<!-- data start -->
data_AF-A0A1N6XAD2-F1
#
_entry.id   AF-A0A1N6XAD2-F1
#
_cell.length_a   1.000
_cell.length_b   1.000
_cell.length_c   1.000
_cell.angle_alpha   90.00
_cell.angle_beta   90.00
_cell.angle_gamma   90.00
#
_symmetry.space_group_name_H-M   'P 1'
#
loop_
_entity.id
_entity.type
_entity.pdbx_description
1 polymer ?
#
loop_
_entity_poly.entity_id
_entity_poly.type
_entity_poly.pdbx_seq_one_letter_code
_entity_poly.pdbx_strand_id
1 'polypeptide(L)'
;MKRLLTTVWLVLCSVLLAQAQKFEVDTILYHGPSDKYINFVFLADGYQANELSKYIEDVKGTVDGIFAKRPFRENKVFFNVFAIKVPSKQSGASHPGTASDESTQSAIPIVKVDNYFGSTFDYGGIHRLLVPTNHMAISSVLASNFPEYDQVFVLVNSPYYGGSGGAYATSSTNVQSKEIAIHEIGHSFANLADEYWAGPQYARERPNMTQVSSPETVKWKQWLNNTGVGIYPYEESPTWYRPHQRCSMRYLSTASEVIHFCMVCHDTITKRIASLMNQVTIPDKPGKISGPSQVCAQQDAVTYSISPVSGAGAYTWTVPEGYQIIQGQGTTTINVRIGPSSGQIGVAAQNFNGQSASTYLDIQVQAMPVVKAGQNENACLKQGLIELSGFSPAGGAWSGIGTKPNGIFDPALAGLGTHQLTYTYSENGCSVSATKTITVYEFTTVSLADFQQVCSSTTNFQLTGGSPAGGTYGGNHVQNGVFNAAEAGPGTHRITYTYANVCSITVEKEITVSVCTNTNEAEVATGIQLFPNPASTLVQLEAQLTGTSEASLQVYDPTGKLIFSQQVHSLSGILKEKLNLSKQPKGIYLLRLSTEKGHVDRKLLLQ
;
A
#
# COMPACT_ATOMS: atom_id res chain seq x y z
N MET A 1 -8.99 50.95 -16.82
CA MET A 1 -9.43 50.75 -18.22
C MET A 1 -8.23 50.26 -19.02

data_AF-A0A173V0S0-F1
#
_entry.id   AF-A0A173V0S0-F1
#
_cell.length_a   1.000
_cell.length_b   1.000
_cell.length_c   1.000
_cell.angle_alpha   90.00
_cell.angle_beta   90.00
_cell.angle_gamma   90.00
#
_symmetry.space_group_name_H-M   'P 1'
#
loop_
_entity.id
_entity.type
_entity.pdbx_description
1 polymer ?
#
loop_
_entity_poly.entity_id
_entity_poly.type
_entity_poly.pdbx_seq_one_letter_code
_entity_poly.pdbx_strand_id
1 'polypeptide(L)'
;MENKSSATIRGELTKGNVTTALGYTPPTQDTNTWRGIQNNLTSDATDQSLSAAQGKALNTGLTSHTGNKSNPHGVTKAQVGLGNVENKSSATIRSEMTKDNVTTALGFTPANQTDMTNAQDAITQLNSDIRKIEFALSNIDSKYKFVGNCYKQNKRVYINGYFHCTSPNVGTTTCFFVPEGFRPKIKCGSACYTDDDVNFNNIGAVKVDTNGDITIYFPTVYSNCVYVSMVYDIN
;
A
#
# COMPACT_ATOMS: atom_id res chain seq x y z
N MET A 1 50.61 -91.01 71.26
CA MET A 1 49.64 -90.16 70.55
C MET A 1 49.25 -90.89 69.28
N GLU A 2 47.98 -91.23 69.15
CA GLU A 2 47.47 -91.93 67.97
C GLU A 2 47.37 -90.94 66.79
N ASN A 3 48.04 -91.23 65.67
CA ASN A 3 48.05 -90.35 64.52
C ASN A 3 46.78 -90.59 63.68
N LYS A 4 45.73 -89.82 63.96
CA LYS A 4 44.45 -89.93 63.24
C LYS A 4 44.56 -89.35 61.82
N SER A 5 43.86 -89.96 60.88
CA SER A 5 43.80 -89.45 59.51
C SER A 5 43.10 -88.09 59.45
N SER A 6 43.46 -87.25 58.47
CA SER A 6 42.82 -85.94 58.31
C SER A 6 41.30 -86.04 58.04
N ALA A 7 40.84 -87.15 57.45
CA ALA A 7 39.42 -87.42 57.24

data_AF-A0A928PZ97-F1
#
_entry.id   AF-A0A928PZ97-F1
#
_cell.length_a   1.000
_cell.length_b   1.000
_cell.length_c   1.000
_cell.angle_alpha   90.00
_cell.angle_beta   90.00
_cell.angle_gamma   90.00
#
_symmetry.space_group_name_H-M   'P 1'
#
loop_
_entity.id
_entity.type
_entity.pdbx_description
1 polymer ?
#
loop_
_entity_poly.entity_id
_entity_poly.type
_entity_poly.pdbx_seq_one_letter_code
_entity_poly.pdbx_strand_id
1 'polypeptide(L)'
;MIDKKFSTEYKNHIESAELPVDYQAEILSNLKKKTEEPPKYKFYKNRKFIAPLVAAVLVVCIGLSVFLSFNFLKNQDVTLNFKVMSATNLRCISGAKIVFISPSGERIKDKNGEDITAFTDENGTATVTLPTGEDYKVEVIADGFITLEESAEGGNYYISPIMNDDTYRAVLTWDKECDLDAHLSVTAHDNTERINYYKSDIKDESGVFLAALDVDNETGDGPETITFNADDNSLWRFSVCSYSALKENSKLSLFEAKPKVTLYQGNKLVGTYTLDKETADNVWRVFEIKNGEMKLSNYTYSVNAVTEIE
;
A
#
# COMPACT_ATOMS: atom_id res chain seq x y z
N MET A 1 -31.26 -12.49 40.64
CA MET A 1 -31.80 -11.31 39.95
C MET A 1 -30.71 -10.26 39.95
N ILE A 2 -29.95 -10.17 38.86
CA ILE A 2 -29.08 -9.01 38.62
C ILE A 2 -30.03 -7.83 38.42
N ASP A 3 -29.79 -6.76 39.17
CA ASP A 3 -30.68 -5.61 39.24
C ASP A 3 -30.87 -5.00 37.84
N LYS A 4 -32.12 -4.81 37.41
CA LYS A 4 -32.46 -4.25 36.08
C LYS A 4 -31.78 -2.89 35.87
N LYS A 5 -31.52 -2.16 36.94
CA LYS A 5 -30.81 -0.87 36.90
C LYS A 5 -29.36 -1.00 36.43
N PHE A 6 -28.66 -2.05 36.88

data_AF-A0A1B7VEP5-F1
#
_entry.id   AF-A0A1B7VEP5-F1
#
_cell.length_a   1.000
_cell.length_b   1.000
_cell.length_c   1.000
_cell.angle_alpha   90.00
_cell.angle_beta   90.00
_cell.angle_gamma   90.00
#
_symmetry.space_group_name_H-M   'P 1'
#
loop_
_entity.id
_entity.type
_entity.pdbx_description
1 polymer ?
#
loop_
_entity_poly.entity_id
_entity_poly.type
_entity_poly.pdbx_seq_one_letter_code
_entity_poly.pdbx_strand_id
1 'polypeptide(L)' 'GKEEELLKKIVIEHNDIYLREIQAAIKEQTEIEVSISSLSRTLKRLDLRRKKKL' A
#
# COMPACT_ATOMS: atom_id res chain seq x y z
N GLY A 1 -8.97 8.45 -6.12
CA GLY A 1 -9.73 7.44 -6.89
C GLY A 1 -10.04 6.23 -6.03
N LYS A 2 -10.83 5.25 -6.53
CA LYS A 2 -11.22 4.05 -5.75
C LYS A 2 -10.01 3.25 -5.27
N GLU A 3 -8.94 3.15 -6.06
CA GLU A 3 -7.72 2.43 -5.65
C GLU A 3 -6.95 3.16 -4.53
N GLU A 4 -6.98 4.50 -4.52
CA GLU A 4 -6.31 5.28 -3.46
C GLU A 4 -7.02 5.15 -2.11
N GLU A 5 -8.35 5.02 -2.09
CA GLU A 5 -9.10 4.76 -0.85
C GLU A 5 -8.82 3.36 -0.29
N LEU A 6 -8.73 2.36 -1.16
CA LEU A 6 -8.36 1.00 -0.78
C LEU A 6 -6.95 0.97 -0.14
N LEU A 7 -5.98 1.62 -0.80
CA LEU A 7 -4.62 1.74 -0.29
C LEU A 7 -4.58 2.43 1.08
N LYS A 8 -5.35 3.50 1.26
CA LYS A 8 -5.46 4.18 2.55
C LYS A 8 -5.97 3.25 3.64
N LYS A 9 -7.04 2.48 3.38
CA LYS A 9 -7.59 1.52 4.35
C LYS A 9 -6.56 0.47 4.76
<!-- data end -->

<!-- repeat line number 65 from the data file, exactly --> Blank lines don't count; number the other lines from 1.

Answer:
CA MET A 1 49.64 -90.16 70.55